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What Vaccinations Do Seniors Need to Consider?

While most vaccination discussions this year have centered on companies like Moderna, Pfizer, and Johnson & Johnson, but what are other vaccinations do seniors need to consider? Because illness prevention is such an important aspect of good aging, knowing which vaccines you need and when you need them is crucial.

By taking a proactive approach to wellness, which includes speaking with your primary care physician about immunization, could help you avoid serious health issues. While incorporating in other healthy lifestyle changes that will assist you in healthy aging, such as exercise, a well-balanced diet, and avoiding sedentary behavior.

What Vaccinations Do Seniors Need?

So, which vaccinations should you discuss with your doctor? They’ll almost certainly make recommendations based on your personal and family medical history, but here are a few to consider:

A case of seasonal flu can cause serious harm to an elderly person, whereas a younger individual may be over it in a week, so it’s recommended that persons over 60 years old should get an annual flu vaccine. In fact, seniors account for the bulk of influenza-related hospitalizations each year. The flu vaccine has been tweaked to boost immunity against the types that are expected to be the most common during any given flu season. While the shot may not fully prevent influenza, it can help to reduce the severity and duration of the illness.
Shingles vaccine: Shingrix, a novel vaccine for preventing shingles, a painful skin rash, and blisters, was licensed by the Food and Drug Administration (FDA) in 2017. Because this vaccination is so effective, its predecessor, Zostavax, is no longer available in the US. Shingrix, unlike Zostavax, does not use a live virus in its vaccination. This two-step vaccine is recommended for anyone over 50 who has had chickenpox or previously experienced shingles. If you don’t know if you had chickenpox as a child, your doctor may advise you to get this vaccine. The protection is expected to last at least five years.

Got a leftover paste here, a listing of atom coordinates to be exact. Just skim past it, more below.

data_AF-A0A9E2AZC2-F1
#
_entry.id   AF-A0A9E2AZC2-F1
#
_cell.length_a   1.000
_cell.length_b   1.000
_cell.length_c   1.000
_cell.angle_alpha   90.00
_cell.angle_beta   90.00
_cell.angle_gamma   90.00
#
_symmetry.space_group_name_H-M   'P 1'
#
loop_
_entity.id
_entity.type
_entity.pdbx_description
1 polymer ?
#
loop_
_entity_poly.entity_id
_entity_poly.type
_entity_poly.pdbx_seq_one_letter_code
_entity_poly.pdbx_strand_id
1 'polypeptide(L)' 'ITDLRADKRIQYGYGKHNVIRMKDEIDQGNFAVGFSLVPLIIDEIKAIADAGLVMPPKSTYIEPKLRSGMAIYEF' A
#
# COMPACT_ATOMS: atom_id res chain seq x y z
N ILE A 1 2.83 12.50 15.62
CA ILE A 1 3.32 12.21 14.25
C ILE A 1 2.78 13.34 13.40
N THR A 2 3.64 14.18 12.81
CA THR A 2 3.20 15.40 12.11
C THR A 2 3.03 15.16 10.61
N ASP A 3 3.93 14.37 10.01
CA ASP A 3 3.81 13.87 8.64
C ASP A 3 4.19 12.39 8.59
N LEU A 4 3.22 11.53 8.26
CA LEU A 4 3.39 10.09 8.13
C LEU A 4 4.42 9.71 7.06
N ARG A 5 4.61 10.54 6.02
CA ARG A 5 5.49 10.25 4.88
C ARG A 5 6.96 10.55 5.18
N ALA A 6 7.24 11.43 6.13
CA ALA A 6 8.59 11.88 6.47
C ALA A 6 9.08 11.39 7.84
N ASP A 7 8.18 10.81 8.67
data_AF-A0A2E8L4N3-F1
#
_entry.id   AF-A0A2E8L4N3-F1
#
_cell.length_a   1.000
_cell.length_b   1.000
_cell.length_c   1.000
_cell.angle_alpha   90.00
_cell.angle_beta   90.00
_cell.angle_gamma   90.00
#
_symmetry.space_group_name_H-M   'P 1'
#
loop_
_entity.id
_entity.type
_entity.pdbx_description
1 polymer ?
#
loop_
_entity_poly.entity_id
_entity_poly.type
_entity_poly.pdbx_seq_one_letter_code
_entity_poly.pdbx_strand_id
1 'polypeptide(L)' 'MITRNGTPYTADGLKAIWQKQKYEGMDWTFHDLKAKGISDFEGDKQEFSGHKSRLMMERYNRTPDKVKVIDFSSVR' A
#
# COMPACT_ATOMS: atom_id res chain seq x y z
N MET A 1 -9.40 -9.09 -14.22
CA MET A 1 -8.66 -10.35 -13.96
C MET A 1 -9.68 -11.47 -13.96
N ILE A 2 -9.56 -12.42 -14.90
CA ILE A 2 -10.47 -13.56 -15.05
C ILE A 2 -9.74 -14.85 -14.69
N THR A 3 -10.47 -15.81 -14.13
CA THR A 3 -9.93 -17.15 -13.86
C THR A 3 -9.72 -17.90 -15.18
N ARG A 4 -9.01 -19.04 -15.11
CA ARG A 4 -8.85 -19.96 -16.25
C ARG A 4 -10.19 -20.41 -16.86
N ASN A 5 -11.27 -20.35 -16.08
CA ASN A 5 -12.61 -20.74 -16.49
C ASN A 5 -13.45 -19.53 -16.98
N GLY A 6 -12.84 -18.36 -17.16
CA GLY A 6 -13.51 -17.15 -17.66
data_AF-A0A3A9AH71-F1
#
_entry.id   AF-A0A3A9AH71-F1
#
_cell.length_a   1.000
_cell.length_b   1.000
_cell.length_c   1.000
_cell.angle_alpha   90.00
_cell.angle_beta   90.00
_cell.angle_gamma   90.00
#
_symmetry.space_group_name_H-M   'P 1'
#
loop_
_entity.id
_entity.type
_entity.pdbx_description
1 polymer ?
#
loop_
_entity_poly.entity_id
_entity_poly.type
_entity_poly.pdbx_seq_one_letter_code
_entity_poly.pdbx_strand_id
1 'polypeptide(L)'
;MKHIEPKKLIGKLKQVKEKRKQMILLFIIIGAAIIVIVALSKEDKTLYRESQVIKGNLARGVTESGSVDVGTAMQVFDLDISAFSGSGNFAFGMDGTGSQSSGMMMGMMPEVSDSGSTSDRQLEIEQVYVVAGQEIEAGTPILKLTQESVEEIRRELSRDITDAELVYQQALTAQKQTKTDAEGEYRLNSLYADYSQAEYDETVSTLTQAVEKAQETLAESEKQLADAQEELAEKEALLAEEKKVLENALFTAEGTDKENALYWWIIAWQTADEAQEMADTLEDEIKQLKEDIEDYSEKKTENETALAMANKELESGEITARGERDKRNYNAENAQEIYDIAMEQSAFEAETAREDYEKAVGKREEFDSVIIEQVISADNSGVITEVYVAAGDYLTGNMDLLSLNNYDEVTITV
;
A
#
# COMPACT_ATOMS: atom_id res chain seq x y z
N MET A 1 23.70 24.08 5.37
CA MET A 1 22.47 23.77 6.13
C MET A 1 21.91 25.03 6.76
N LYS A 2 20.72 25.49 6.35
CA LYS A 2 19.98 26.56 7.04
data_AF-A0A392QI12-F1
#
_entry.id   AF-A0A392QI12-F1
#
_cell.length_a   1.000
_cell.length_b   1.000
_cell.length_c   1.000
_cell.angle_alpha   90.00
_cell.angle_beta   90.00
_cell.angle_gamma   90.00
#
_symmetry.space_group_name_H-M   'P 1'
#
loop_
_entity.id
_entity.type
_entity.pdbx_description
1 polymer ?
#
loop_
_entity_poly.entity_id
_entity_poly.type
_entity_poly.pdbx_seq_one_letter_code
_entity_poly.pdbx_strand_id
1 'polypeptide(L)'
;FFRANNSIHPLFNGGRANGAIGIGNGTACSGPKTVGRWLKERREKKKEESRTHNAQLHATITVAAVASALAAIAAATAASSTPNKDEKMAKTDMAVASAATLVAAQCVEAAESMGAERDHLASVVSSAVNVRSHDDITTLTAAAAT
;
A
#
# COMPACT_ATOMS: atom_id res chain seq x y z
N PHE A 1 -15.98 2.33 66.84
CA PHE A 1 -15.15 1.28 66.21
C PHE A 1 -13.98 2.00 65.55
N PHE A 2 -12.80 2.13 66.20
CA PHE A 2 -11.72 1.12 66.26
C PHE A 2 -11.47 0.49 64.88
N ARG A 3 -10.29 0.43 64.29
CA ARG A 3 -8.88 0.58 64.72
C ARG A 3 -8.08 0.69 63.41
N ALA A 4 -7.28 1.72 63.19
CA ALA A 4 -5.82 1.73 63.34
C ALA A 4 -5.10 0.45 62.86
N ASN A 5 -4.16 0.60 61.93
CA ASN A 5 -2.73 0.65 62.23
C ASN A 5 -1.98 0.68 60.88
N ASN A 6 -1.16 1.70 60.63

Pneumococcal vaccine: Pneumonia can be fatal in people over 65 years old. A two-step vaccination, on the other hand, offers hope. The two dosages should be given one year apart, according to the general standards. Those who are immunocompromised or have a persistent health problem, on the other hand, may be advised to space them out by eight weeks. Pneumococcal conjugate vaccination (PCV13) is the first dosage, while pneumococcal polysaccharide vaccine is the second (PPSV23). This combination of immunizations is considered to provide lifetime protection.

Tdap vaccine: This is another vaccine that almost everyone should get. It protects against diphtheria, tetanus, and pertussis (whooping cough), all of which are potentially fatal diseases. There has been a recurrence of whooping cough, which was nearly eradicated, as more adults choose not to have their children vaccinated. The Tdap vaccine is a dead bacteria-based vaccine that is inactive. This means that if you get it, you won’t get sick.

Hepatitis vaccine: While there are many other kinds of hepatitis, hepatitis A and B are the ones against which patients get immunized. These immunizations are not required for everyone. They will be recommended by your doctor based on your lifestyle. People with chronic liver disease, people with a history of illegal drug use, and people who travel internationally to places where these disorders are common are all good candidates.

Make the Most of Your Medicare Wellness Visit

It’s critical to communicate with your doctor about your health plan, which involves more than simply your vaccine schedule. The Medicare Wellness Visit, fortunately, allows you to do just that. It’s a yearly appointment that’s covered by Medicare. It’s intended to motivate you and your doctor to collaborate on a specific treatment plan that includes regular bloodwork and exams.

what vaccinations do seniors need